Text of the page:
Oil on сanvas
456,5 x 651
State Russian Museum
Пост. в 1897 из ИЭ; ранее (до 1851) - в ИАХ; ранее - в собр. А.Н. Демидова (подарена императору Николаю I, который в 1836 передал ее в ИАХ)
The subject of the canvas is the destruction of the ancient Roman town of Pompeii during an eruption of the volcano Vesuvius in the year 79 AD. Brullov’s historical sources were the letters written by the ancient Roman historian Pliny the Younger, a witness of the catastrophe, to Tacitus, and a study of the ruins of Pompeii, where archaeological excavations had begun in the middle of the eighteenth century. The scene of the action is the Strada dei Sepolcri (Road of Tombs), the Pompeii necropolis and a kilometre perspective from the Gates of Hercules to the Villa Diomedes in the direction of the Villa of Mysteries. The Last Day of Pompeii was exhibited at the Pinacoteca di Brera in Milan in 1833. It was then sent to the annual Paris Salon, which had opened in the Louvre in March 1834, winning Brullov a first gold medal. The painting was shown at the Imperial Hermitage in St Petersburg in 1834 and at a special exhibition organized by the Imperial Academy of Arts in 1835. Among the characters in the painting, Brullov depicts himself (the artist on the steps of the temple) and Countess Yulia Samoilova (the mother embracing her daughter).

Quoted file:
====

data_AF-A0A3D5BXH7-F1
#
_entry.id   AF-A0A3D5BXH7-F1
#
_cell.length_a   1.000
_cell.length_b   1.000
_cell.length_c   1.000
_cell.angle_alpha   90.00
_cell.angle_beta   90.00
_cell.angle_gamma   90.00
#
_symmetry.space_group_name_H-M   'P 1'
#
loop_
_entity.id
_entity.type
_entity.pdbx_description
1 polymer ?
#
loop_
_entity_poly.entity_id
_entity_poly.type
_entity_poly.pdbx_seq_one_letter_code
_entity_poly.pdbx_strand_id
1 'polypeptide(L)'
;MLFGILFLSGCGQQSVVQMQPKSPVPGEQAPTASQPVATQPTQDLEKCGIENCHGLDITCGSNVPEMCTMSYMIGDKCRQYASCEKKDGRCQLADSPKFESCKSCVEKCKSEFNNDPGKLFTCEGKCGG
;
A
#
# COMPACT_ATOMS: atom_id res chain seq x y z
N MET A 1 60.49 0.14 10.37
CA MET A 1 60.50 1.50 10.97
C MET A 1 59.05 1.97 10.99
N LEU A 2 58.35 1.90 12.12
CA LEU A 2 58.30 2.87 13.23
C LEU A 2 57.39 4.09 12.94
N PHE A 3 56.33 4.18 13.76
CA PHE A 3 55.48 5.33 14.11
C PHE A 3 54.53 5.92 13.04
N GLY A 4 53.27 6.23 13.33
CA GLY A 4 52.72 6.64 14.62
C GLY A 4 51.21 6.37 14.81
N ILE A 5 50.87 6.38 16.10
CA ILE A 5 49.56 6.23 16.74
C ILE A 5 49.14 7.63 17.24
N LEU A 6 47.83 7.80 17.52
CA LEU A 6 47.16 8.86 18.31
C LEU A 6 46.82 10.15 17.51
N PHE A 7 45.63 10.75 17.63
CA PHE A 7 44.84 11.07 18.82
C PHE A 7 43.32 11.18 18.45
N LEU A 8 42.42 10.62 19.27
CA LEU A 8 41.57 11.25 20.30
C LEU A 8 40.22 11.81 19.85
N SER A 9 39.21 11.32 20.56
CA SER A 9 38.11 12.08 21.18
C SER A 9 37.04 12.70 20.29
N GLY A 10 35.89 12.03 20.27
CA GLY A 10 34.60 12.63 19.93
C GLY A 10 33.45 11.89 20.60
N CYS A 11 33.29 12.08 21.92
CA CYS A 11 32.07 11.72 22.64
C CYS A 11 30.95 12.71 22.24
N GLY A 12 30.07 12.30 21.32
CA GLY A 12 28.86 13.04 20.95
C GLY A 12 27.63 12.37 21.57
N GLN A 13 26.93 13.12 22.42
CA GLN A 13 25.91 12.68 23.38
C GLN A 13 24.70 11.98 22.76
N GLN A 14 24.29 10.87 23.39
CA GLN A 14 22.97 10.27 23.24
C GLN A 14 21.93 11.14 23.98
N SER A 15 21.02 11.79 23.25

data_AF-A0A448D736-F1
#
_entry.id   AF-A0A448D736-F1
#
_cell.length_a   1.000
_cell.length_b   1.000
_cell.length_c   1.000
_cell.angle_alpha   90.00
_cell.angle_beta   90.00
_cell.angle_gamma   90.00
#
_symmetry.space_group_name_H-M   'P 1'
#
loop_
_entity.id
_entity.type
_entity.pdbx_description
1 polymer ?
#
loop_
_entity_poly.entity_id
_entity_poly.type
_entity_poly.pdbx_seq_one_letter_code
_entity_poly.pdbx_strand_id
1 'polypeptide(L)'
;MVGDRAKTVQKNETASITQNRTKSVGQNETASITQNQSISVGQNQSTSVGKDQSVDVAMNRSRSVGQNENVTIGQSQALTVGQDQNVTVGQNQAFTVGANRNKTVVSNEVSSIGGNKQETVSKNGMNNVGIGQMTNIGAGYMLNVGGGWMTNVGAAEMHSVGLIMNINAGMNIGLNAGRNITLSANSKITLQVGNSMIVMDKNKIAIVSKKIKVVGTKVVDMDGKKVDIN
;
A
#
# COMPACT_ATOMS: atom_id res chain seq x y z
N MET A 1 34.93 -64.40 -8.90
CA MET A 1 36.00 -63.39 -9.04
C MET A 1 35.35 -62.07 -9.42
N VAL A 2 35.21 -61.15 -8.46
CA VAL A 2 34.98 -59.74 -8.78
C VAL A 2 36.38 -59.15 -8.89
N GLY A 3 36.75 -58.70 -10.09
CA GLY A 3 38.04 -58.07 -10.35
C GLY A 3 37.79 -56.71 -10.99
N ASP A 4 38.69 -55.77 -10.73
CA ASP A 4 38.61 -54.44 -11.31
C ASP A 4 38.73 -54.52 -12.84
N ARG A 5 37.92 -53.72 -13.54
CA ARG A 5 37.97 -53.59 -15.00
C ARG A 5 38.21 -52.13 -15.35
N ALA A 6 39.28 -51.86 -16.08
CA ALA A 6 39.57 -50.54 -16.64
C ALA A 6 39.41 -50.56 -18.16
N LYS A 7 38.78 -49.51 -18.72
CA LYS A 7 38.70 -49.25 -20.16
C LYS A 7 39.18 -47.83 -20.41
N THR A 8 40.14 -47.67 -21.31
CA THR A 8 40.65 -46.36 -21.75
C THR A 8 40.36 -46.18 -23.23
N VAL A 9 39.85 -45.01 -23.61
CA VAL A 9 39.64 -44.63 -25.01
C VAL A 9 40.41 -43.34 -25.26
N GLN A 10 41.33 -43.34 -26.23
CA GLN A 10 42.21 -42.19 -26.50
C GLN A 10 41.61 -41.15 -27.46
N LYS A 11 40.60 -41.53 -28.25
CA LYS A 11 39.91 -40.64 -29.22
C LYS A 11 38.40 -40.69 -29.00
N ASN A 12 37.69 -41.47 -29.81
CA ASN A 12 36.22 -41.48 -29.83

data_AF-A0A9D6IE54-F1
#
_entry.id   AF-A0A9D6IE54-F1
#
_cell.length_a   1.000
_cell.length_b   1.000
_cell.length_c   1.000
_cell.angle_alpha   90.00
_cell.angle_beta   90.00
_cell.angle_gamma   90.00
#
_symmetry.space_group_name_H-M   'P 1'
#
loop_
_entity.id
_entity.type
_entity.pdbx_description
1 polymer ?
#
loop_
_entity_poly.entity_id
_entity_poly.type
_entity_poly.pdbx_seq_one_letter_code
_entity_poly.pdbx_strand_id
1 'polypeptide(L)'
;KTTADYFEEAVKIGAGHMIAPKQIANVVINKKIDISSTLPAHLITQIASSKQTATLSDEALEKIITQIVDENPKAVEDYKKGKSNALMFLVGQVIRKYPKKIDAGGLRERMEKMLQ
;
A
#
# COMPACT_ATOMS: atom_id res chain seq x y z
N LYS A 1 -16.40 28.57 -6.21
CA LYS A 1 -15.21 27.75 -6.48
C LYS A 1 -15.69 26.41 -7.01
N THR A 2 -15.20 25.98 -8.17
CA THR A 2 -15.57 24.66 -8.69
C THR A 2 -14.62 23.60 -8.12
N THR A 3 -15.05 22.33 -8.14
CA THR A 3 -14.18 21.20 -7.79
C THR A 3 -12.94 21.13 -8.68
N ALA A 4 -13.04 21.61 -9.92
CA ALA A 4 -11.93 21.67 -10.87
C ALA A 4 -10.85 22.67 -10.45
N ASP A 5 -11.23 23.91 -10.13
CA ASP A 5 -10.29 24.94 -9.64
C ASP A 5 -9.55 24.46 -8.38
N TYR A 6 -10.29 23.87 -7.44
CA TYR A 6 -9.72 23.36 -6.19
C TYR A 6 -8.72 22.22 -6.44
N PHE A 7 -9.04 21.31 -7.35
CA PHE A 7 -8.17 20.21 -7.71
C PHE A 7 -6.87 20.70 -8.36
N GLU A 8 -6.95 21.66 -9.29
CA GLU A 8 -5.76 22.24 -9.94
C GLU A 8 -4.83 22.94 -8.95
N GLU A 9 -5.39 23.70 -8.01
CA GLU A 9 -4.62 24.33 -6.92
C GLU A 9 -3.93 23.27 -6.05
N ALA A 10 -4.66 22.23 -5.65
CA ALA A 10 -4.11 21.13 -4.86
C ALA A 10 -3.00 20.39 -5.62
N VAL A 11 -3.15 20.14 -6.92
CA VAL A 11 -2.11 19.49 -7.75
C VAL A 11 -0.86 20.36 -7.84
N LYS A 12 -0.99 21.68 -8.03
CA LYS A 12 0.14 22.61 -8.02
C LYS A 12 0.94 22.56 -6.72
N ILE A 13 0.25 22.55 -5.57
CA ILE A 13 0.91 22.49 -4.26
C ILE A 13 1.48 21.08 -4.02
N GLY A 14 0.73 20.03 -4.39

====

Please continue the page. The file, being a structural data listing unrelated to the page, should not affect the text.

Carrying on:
Brullov (Bruleau), Karl Pavlovich
1799, St Petersburg -1852, Manziana (near Rome)
Painter, watercolourist, draughtsman, history painter, portraitist, genre painter, mural painter. Born into an artistic family. Studied under Anton Ivanov, Alexei Yegorov and Vasily Shebuyev at the Imperial Academy of Arts (1809-22), graduated with a first-class gold medal. Sent to Italy by the Society for the Encouragement of Arts (1822-35). Worked in Milan, Naples and Rome. Won fame in Europe as a portraitist and history painter for such works as The Last Day of Pompeii (1827-33, Russian Museum. St Petersburg)- Returned to Russia and lived in St Petersburg. Honorary freeman (1834), second-degree professor (1835) and first-degree professor (1846) of the Imperial Academy of Arts, where he taught history painting, enjoying the love and respect of his many students. Professor of the Accademia di Belle Arti in Florence. Contributed to exhibitions in Rome, Milan, Paris and St Petersburg. Went abroad on the advice of doctors (1849), settled in Italy (1850).